CNBC Poll: Would You Invest in A Publicly-Traded Porn Company ?
At the height of the Internet craze in 1999, Playboy stock traded at more than $33 a share.
It was all down hill from there, culminating in founder Hugh Hefner's move to take the company private last year. For many investors, owning Playboy was no joy ride, even if the company represented much more than the virtues of capitalism.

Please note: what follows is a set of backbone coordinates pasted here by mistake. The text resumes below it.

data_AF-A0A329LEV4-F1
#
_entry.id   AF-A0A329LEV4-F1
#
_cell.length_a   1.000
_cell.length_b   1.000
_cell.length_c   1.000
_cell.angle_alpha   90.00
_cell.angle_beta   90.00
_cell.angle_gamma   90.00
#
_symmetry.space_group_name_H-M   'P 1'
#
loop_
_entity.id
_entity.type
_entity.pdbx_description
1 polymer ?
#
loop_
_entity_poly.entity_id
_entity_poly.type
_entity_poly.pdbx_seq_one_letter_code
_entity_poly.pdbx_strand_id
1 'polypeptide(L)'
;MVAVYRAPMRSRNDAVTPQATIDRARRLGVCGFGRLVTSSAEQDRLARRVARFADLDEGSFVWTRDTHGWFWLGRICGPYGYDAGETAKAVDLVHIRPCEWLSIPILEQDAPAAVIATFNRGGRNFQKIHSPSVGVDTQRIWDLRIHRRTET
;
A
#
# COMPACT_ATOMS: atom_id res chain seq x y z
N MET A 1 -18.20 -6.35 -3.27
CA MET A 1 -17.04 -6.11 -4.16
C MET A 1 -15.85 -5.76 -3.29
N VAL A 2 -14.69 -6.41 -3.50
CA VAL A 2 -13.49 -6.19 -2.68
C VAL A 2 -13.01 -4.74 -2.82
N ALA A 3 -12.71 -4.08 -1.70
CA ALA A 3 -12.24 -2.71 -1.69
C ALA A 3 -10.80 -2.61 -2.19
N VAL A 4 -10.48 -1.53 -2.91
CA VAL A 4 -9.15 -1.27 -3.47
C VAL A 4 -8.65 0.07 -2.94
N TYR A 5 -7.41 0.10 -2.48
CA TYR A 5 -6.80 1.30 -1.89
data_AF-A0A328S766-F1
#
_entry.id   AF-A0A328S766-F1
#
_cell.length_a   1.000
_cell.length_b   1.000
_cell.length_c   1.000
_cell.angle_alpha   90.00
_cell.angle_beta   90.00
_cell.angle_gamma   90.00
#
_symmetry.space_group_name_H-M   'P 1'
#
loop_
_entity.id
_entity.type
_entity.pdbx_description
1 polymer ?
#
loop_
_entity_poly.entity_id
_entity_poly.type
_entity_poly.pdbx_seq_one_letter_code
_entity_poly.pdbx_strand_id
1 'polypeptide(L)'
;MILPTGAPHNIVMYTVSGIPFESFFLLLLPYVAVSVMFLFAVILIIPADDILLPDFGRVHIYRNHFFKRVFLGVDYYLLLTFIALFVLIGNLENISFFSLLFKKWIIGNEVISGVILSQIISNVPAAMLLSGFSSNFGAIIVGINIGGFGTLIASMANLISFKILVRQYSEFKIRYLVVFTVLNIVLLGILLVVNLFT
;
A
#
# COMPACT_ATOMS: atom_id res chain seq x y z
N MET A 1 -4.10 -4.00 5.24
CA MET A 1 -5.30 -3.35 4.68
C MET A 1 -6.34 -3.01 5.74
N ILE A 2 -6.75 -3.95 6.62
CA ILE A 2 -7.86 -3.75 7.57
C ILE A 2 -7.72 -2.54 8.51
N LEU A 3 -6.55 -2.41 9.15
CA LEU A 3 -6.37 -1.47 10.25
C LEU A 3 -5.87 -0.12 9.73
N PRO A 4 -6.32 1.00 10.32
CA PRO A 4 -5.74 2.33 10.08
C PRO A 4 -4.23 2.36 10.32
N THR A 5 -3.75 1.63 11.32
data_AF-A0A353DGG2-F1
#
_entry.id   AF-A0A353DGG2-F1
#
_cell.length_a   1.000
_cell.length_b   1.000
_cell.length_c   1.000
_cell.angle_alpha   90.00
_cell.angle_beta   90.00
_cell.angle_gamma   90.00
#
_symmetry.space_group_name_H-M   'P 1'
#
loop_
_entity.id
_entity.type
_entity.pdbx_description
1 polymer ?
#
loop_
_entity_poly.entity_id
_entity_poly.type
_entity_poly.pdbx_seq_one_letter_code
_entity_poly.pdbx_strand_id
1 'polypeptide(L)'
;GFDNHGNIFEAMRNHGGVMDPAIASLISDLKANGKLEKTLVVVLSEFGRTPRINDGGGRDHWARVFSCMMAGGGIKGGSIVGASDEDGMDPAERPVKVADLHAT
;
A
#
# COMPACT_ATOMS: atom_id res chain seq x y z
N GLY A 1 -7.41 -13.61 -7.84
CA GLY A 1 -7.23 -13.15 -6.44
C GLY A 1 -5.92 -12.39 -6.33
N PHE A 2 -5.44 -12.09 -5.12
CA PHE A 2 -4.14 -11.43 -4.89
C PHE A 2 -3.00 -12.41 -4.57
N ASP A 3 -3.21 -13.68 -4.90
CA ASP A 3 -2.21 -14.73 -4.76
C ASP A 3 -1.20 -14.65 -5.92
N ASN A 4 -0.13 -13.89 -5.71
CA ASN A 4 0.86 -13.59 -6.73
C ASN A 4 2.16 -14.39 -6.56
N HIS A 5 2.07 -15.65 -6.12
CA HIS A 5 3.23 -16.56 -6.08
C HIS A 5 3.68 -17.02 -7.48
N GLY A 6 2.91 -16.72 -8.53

Vice has always attractedinvestors, and they have often been rewarded for it. Tobacco companies such as Altria , formerly Philip Morris of Marlboro, L&M and Virginia Slims fame — have been some of the best-performing stocks over decades (as the chart shows). Spirits conglomerates, such as Diaego,have huge market caps and millions of shareholders.
So, if sin sells — and sex sells, as the success of Internet pornography industry and its annual convention more than demonstrate — then does it follow that investing in sin makes sense?
If another Playboy — or something like it — came along, would you buy shares?